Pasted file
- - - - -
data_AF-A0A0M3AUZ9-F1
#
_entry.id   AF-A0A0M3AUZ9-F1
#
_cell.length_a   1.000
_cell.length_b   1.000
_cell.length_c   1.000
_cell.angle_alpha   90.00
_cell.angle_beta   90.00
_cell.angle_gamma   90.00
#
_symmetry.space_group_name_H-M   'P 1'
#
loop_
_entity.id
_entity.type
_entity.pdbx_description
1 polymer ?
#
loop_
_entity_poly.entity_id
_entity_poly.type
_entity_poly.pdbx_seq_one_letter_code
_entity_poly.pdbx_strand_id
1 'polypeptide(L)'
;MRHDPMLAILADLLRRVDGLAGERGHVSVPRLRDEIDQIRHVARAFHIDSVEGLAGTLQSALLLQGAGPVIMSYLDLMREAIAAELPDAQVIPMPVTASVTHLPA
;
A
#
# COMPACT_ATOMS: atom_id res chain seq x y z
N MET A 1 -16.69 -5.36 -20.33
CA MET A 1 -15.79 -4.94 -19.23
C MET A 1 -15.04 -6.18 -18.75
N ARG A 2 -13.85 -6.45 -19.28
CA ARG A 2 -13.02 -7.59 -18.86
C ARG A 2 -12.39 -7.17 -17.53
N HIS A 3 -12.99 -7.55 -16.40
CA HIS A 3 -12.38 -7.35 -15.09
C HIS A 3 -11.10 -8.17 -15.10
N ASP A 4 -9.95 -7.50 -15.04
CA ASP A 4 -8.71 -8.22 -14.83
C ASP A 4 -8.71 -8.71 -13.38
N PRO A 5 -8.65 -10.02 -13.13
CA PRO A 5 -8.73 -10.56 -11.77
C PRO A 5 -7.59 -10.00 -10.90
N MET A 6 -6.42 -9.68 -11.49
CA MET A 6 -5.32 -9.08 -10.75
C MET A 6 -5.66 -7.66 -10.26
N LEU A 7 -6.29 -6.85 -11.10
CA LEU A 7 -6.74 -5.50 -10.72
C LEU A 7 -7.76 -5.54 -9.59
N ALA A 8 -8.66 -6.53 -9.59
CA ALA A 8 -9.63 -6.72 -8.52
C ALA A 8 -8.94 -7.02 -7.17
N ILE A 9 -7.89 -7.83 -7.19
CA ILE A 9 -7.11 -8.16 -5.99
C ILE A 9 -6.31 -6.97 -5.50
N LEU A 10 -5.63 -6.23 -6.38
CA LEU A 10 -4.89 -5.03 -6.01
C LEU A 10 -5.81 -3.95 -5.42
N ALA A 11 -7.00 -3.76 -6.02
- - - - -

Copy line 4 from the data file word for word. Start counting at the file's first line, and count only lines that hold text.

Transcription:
#